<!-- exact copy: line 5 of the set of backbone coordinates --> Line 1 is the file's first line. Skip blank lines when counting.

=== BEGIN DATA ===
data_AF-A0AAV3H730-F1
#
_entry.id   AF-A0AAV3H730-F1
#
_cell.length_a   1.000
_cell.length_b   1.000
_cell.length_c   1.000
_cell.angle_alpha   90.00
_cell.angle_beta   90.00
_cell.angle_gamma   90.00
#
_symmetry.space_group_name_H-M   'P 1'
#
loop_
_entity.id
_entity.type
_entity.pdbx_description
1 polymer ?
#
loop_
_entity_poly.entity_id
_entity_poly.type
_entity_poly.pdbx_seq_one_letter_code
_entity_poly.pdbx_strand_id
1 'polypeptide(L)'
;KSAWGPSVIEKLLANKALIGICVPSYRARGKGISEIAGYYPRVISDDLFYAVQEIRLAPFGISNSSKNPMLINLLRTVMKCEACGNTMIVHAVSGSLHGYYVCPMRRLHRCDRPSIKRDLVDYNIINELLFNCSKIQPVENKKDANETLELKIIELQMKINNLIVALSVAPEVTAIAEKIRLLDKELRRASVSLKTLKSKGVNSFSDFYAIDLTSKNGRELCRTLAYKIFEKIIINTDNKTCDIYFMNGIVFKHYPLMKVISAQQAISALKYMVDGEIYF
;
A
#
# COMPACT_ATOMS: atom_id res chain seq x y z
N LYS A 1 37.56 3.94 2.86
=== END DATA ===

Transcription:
_cell.length_a   1.000